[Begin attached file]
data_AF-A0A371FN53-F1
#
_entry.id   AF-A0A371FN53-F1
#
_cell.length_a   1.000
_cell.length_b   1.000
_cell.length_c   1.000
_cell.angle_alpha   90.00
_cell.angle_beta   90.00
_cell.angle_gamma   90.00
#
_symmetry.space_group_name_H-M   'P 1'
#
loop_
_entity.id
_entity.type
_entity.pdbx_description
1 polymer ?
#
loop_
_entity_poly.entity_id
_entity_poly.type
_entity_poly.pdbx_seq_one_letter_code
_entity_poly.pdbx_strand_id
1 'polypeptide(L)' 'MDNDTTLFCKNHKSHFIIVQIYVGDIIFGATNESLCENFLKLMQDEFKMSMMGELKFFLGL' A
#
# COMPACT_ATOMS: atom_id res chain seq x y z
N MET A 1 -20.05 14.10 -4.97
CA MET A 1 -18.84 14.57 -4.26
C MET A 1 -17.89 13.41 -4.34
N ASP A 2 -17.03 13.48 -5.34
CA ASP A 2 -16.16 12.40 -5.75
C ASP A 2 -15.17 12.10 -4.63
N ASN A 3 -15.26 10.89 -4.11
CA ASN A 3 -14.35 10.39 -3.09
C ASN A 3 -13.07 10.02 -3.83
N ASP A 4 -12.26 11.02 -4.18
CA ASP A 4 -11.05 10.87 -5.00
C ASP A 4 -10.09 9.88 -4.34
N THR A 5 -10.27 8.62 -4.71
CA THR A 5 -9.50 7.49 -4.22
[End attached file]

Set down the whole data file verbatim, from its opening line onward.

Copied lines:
data_AF-A0A371FN53-F1
#
_entry.id   AF-A0A371FN53-F1
#
_cell.length_a   1.000
_cell.length_b   1.000
_cell.length_c   1.000
_cell.angle_alpha   90.00
_cell.angle_beta   90.00
_cell.angle_gamma   90.00
#
_symmetry.space_group_name_H-M   'P 1'
#
loop_
_entity.id
_entity.type
_entity.pdbx_description
1 polymer ?
#
loop_
_entity_poly.entity_id
_entity_poly.type
_entity_poly.pdbx_seq_one_letter_code
_entity_poly.pdbx_strand_id
1 'polypeptide(L)' 'MDNDTTLFCKNHKSHFIIVQIYVGDIIFGATNESLCENFLKLMQDEFKMSMMGELKFFLGL' A
#
# COMPACT_ATOMS: atom_id res chain seq x y z
N MET A 1 -20.05 14.10 -4.97
CA MET A 1 -18.84 14.57 -4.26
C MET A 1 -17.89 13.41 -4.34
N ASP A 2 -17.03 13.48 -5.34
CA ASP A 2 -16.16 12.40 -5.75
C ASP A 2 -15.17 12.10 -4.63
N ASN A 3 -15.26 10.89 -4.11
CA ASN A 3 -14.35 10.39 -3.09
C ASN A 3 -13.07 10.02 -3.83
N ASP A 4 -12.26 11.02 -4.18
CA ASP A 4 -11.05 10.87 -5.00
C ASP A 4 -10.09 9.88 -4.34
N THR A 5 -10.27 8.62 -4.71
CA THR A 5 -9.50 7.49 -4.22